In the wake of the eminently reasonable ruling by the Florida Supreme Court that appears to acknowledge that some people just don't read so good, the WSJ revisits Judge Seitz' Lochner Era-esq ruling on condo developers saying whatever the hail they want as long as the contract says otherwise:
Hooray, we're ahead of the curve! Kent better get this right before the 11th, or a certain Magic City Harvard Lawyer will not be muy happy:
Last month, the U.S. District Court in Miami dismissed two dozen federal lawsuits in which buyers said they were misled by an advertising brochure promising an "Olympic style" swimming pool at Opera Tower, a high-rise condo building near downtown Miami.
Plaintiffs could not reasonably rely on the drawings or advertisements, Judge Patricia Seitz ruled. The contract clearly stated the pool was L-shaped and 2,530 square feet -- smaller than Olympic size, she wrote. The developers claimed that "Olympic style" didn't refer to the pool's size but to the fact that it would have lanes.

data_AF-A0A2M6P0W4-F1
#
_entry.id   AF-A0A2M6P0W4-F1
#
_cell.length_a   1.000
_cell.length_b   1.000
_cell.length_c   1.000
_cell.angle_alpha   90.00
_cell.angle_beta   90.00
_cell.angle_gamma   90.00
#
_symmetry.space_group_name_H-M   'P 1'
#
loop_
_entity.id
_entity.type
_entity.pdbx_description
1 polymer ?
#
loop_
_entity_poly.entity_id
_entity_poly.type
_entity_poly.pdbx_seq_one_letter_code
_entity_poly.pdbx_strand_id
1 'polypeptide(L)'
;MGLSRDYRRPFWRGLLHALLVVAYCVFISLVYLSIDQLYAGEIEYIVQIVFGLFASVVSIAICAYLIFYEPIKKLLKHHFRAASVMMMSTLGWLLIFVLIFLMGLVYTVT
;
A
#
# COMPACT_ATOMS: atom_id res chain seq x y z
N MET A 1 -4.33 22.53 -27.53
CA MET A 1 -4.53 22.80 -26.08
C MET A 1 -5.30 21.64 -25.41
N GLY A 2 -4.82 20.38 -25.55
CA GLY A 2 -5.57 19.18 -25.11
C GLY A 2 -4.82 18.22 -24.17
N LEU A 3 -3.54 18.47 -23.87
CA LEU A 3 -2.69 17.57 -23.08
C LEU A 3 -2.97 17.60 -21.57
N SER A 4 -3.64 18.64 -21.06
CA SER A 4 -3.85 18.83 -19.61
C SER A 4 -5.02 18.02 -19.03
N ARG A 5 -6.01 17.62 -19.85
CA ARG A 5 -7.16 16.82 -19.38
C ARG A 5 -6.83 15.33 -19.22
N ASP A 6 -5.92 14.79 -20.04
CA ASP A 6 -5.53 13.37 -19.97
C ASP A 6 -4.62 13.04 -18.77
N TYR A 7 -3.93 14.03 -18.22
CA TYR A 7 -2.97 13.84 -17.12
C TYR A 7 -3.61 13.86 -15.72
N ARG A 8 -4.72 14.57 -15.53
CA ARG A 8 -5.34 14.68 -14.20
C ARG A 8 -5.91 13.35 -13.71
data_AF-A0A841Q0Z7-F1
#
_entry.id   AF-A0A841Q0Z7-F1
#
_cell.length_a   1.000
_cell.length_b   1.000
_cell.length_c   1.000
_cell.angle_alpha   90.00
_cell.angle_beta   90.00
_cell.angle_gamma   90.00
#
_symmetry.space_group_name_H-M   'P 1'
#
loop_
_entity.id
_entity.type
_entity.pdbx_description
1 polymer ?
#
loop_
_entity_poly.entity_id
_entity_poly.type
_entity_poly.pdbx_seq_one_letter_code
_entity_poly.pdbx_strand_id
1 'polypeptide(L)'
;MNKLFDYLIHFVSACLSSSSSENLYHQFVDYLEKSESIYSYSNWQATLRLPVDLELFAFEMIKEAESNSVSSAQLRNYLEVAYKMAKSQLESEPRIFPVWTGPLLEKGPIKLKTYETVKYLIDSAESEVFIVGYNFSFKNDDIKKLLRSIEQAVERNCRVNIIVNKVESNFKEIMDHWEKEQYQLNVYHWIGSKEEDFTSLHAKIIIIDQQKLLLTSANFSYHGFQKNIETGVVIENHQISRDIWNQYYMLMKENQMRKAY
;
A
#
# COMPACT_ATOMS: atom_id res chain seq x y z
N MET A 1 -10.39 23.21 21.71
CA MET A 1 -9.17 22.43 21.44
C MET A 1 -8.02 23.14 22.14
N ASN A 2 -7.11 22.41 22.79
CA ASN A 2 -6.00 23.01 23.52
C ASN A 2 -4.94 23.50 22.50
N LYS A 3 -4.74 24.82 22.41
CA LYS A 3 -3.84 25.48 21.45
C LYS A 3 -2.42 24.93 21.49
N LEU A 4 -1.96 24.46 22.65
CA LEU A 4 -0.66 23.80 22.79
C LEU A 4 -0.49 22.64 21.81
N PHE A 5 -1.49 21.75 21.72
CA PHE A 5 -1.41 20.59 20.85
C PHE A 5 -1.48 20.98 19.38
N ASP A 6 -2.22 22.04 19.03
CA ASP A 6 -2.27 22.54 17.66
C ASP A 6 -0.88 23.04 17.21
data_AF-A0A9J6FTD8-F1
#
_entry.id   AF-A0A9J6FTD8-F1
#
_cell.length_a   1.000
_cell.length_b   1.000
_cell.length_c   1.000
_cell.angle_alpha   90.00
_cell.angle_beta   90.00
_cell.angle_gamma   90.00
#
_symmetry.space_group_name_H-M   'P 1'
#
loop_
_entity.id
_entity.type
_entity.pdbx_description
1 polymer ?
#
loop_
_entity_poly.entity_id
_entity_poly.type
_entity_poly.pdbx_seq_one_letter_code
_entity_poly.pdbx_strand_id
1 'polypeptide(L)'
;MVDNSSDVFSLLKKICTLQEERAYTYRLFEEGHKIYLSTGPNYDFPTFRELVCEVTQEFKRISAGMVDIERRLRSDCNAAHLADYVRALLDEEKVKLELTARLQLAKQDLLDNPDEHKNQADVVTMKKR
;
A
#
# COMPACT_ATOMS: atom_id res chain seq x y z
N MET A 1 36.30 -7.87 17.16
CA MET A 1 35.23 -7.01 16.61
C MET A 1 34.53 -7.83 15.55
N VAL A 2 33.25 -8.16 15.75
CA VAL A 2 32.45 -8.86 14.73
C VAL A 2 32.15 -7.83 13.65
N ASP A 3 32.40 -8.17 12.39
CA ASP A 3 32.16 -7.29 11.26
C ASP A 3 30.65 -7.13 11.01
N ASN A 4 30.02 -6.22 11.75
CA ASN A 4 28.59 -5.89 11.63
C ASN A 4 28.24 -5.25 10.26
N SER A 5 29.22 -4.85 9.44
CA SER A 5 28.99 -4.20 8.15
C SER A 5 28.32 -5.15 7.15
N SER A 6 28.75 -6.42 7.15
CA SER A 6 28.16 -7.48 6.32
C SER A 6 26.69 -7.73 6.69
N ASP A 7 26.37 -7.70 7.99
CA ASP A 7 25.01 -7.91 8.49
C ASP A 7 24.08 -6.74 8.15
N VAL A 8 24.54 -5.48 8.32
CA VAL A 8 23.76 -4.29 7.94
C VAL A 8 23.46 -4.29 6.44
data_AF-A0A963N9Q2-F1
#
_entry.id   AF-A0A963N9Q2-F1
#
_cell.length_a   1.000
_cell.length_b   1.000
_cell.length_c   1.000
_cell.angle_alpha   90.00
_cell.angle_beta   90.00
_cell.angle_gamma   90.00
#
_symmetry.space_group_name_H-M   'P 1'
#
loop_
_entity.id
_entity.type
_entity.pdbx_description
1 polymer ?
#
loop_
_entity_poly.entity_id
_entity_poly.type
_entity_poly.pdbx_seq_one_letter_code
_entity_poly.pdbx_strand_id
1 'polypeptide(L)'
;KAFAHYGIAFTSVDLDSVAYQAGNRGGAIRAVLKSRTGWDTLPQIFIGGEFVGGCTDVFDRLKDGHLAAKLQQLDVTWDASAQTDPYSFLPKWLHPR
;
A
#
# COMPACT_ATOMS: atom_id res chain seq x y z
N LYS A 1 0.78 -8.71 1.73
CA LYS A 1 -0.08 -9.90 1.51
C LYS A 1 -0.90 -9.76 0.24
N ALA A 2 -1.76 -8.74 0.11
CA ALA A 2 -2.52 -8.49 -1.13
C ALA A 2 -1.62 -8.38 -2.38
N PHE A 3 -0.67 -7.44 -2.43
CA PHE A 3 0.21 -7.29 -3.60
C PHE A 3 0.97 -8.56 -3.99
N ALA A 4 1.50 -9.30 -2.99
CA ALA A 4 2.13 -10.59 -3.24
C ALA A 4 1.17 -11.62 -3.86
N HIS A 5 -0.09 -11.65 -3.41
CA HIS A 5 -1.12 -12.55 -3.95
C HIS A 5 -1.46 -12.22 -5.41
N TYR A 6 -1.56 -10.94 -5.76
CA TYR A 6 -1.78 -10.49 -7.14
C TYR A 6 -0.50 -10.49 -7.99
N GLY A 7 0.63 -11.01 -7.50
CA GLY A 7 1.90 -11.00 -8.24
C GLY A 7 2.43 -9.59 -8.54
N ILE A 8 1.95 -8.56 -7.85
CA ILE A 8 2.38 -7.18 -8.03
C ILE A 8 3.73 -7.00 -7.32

The decision was a big loss for consumer rights, says Miami Beach attorney Kent Harrison Robbins, who filed the lawsuits against Opera Tower. "It gives developers wide-ranging room to promise whatever they want, as long as they change it in the written contract," he says. "Honest developers will be outcompeted by dishonest ones." Mr. Robbins says he plans to appeal the decision to the 11th U.S. Circuit Court of Appeals in Atlanta.
Real-estate lawyers nationally are closely monitoring the Florida lawsuits, expecting a wave of similar claims across the country as more condominium projects are completed. "The market in Florida is two years ahead of other parts of the U.S., like California or the Sunbelt states, in both the heavy downturn in prices and the lawsuits following it," says attorney Robert M. Chasnow, a partner with Holland & Knight in Washington.
"We are going to see a number of cases where buyers are successful, primarily in areas where something substantial was altered in the project and those that were not delivered on time," says Jared H. Beck of Beck & Lee, a law firm in Miami. "The decisions represent just a tiny sliver of the universe of grounds for buyers' claims in the ongoing litigation war between buyers and developers.""A tiny sliver of the universe" -- a nice turn of phrase... if you're Carl Sagan. There are literally "billions and billions of grounds..."
I kid I kid -- good luck and godspeed, gentlemen.